As those of you who regularly read my blog know, since its inception Ive had an ongoing series detailing the traditional attires of the many different cultural groups in Iran and the Persian/Persianized groups in Central Asia. I do this series because there is so much misinformation out there, people just do not realize how ethnically, culturally and religiously diverse Iran is and about the different styles of cultural dress which is worn in the country.
This post will focus on the dress of the Iranian peoples of the southern coast line in Hormozagan province whom are known as “Bandari” (port people).
The province of Hormozagan is in the far south, along the Persian Gulf. It consists of a part of the mainland and several islands off of the coast…the largest of which is called Qeshm. As you can see, Hormozagan is closer to Oman, UAE, Bahran and Saudi Arabia than it is to Tehran or the Caspian sea! The peoples of this province are known for being extremely ethnically and racially mixed! Most are a mix of Arab, African, Persian, Balooch, Baktiari, Indian, and probably more! This is due to the regions history as a center of trade since pre-history and there has always been a great deal of movement between areas since modern times! The culture of the province has a distinctive “Khaleeji” flavor which has more in common with traditional Omani, Eastern Provinces Saudi, Emirate and Bahraini culture than the rest of Iran! The peoples themselves speak an interesting dialect of Persian which is freely mixed with Arabic, Somali, Balooch, and Bakhtiari Persian! IN some areas a Khaleeji dialect of Arabic is the predominantly “home” language.
Both the traditional mens and womens attire is almost the same as what used to be considered traditional clothing in UAE, the EP of Saudi, and Oman! The womens dress styles do vary slightly depending on which part of Hormozagan province they are from. In some areas they wear a long gown with a printed rectangular chador thrown over the body like a large shawl, in others they wear someone similar to a shalwar kameeze but with skin-tight, heavily embroidered pants and a rectangular chador worn quite similarly to ho women in the Sudan wear their thobe (the outter sheet)! Traditionally the women wear niqab or “gatwiyyeh” and favor either the traditional mask-style niqabs, the more modern Gulf niqab or just a piece of cloth thrown over the face. two summers ago when my family visited Shiraz to see Persepolis we all were quite fascinated with these women walking around in their traditional bandari attire! To say they stood out like colorful peacocks is an understatement and coming from Saudi we could instantly see the similarities between their attire and what we saw the elderly women on Tarut island and the villages around Saihat along the Gulf coast wearing.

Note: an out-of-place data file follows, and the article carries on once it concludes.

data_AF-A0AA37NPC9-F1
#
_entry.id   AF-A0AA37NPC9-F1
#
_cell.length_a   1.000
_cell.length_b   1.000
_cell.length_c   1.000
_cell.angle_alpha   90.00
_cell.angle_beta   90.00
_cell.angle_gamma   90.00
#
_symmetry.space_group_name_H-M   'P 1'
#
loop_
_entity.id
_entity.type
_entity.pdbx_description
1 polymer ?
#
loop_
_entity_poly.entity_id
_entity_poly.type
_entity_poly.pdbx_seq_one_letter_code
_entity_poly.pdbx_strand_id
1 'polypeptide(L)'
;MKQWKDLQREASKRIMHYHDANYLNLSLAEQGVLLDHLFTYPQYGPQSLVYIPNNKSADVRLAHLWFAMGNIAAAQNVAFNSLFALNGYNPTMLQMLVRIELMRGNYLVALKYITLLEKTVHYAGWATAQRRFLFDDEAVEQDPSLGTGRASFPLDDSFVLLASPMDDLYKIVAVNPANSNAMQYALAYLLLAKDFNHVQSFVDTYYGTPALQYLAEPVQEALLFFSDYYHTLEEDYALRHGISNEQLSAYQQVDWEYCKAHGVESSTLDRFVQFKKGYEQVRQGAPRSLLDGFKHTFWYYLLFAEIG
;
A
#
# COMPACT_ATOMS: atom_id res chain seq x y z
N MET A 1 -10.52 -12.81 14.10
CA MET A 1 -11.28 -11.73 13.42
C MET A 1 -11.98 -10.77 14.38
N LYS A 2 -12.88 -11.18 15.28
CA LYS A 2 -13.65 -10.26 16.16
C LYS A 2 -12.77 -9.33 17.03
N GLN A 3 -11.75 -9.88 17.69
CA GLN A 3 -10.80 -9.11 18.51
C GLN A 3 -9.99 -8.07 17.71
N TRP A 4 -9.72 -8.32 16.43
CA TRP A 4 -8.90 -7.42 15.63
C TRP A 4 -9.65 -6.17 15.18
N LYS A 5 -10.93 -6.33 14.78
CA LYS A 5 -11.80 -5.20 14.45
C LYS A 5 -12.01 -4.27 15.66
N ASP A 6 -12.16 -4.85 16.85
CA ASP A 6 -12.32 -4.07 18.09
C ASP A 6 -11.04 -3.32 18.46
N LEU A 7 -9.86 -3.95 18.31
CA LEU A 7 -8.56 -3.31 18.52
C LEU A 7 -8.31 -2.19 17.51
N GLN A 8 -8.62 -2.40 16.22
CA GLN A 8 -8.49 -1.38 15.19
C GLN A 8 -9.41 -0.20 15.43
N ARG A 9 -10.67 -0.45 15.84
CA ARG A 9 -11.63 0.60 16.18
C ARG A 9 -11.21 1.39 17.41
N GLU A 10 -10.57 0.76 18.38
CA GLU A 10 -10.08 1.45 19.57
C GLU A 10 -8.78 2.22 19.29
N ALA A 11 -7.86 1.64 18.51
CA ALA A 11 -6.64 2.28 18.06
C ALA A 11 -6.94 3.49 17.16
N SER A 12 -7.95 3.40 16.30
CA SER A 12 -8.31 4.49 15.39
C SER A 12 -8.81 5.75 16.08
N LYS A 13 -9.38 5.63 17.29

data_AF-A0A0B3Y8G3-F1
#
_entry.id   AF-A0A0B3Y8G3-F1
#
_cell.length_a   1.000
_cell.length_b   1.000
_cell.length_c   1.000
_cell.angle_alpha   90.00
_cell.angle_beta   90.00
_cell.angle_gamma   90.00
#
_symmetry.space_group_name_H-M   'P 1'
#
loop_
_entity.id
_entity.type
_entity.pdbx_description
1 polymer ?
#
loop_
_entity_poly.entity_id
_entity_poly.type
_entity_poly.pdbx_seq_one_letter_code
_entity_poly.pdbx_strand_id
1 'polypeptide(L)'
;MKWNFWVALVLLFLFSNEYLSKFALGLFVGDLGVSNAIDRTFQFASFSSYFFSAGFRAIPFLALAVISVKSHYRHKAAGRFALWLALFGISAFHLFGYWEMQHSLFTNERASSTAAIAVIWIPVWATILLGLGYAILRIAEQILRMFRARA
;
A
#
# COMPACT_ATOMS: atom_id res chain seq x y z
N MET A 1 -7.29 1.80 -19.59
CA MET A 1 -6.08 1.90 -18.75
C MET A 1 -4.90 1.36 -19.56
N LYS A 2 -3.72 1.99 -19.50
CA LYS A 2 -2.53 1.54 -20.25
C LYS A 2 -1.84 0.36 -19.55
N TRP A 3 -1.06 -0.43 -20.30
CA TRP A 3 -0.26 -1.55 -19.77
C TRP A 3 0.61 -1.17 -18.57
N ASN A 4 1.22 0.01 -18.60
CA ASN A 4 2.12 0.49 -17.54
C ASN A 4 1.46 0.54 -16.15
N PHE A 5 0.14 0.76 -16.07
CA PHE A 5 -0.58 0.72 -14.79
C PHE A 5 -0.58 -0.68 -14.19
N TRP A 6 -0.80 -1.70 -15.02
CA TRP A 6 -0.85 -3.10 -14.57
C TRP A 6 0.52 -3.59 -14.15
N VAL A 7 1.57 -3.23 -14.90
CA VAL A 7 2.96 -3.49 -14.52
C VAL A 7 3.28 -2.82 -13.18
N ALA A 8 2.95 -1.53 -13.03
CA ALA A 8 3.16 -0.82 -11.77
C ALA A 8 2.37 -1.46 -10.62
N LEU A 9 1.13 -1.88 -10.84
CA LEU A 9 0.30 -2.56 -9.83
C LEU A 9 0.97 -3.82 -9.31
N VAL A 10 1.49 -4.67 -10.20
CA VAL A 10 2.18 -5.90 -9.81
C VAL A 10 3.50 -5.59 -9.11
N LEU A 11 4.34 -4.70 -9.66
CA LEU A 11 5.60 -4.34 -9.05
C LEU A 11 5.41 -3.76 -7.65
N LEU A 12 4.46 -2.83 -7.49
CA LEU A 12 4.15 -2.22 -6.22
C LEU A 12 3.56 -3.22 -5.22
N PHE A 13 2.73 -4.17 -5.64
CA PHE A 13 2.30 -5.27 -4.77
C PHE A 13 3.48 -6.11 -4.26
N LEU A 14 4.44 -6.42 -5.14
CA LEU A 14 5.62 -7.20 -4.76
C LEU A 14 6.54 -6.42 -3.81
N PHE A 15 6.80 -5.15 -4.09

On Qeshm island the women seem to favor the gold mask-style of niqab (burqa) which is similar to the styles worn around the Gulf traditionally. The women on Qeshm adopt the burqa at puberty is they come from a family where they are worn and their style tends to be the shalwar kameeze-like outfit with the snug pants and a rectangular chador wrapped over that.
(A Qeshm woman hand embroidering the traditional snug-fitting shalvar which the women wear)
The children wear similar outfits as the adults…but the girls dont wear a burqa or *generally* the rectangular chador. Just a semi-sheer scarf of some sort. Similar to the traditional little girls attire in the rest of the Gulf states.
The women in other parts of Hormozagan province wear a very thick, heavily embroidered mask instead of the thinner, gold burqa. I’m not sure about the history of this style or how/why it developed or in which parts of the province this style is favored over the other one mentioned above. These women, atleast from what I saw in Shiraz tend to wear a long gown with a rectangular chador casually thrown over themselves as an extra topper, unlike the Qeshm where the rectangular chador is worn over the top and pants ensemble and worn just with the burqa, in place of an scarf.
Yes what I call multi-tasking…(yes, in Iran, smoking nargileh is considered-traditionally, OK for women, it was historically seen as a female past-time…men did not openly smoke nargileh in public. Only recently-0since the revolution has it become kind of taboo for womenn to smoke nargileh and for it to become an openly male thing to do! But, in many villages around Iran, the older women will still congregate in the afternoons with tea, sweets and nargileh to pass the time!)
The men in Hormozagan province wear attire which is almost identical to whats worn by men in UAE and Oman. either a thobe and a scarf (shmag) or a “vizaar” and shirt with a scarf.
In addition to the traditional burqa styles…some Bandari women have adopted the modern pan-Gulf/pan-Middle eastern niqab as travel and work between the Bandari region and the rest of the Gulf continues as it always has…